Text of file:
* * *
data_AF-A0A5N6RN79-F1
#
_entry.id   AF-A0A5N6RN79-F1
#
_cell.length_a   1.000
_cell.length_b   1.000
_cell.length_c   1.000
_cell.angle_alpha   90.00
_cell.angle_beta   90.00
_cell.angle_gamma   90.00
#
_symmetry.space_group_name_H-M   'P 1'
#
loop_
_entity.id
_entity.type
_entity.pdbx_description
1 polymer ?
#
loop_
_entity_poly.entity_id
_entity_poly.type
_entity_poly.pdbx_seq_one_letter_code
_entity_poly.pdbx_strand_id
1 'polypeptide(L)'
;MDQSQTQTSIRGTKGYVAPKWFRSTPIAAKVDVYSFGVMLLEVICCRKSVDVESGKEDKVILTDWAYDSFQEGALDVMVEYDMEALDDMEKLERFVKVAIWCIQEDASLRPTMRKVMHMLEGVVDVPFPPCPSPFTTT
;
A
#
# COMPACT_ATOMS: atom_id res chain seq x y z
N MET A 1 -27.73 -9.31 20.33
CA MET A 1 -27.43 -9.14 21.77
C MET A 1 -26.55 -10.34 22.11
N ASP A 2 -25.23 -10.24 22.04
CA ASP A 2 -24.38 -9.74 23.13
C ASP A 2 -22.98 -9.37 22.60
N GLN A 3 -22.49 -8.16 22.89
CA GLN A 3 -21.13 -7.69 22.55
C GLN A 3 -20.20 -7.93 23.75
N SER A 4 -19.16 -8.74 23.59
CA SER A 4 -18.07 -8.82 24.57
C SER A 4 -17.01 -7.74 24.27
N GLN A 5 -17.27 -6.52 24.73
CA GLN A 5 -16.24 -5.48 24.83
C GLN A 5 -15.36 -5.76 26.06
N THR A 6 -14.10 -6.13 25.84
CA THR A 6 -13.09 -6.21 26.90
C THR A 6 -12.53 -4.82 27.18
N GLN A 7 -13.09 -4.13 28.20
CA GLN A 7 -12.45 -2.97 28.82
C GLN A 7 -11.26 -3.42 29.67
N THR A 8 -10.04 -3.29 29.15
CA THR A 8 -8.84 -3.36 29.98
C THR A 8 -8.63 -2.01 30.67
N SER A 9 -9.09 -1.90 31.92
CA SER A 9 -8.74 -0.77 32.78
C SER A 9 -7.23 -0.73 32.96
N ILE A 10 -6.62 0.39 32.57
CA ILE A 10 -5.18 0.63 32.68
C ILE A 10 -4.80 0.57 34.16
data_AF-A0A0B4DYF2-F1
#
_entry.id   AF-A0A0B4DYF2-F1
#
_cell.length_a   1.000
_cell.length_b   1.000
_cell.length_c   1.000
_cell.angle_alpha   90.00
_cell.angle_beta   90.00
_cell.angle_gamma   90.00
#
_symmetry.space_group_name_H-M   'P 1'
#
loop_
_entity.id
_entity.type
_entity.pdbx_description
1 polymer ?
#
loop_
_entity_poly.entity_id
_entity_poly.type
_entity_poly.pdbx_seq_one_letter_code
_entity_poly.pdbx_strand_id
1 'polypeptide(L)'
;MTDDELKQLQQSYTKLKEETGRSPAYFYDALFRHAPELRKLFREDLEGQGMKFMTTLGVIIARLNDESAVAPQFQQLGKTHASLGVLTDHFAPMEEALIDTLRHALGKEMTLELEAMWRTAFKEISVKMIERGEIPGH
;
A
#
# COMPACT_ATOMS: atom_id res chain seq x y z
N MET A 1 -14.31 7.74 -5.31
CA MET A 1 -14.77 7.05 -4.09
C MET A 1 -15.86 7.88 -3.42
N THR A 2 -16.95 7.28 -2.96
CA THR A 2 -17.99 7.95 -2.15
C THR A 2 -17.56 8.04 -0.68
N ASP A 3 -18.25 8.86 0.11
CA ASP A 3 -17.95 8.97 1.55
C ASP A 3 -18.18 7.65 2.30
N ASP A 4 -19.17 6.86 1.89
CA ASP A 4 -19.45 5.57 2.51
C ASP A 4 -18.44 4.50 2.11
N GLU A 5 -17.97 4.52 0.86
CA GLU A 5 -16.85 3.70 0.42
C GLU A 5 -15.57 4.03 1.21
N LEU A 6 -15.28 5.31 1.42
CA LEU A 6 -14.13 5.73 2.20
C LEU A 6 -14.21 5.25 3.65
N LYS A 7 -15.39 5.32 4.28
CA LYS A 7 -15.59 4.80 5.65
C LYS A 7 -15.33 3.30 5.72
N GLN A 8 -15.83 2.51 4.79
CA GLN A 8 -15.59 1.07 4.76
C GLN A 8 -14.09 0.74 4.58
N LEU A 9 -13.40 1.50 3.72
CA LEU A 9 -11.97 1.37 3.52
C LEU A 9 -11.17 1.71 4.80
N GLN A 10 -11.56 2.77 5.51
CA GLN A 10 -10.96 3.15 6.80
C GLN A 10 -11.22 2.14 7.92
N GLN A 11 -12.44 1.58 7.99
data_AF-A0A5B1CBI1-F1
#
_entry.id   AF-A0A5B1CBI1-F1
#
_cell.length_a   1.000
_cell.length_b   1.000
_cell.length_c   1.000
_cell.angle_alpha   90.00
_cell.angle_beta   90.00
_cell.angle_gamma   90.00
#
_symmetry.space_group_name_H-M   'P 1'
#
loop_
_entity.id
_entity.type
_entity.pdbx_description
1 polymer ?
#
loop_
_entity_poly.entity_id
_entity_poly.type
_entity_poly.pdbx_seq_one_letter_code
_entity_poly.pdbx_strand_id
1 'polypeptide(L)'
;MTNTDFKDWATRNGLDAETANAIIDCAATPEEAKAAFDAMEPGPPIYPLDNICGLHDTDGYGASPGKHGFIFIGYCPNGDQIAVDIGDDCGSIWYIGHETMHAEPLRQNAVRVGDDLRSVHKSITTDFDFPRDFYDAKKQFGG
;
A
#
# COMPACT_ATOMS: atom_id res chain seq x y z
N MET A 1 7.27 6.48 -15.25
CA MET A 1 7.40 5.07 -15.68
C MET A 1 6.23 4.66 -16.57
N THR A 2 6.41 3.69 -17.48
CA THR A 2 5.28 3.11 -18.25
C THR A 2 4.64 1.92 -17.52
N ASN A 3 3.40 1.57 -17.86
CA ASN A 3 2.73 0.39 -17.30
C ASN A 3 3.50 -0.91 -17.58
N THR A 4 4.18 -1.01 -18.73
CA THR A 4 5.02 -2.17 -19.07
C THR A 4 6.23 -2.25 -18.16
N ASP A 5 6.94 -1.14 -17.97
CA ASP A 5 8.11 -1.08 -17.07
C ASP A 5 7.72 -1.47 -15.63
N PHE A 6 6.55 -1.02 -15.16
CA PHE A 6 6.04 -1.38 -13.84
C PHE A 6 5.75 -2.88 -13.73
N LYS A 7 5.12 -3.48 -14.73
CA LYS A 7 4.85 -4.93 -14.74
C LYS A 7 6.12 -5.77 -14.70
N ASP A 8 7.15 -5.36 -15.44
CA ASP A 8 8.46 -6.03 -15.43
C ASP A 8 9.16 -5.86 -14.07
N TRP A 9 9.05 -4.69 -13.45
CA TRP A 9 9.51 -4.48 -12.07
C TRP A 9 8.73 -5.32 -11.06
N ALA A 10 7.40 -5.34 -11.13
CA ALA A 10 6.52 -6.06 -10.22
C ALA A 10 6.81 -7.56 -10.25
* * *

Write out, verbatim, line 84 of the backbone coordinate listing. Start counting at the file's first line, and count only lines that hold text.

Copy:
_entity_poly.pdbx_strand_id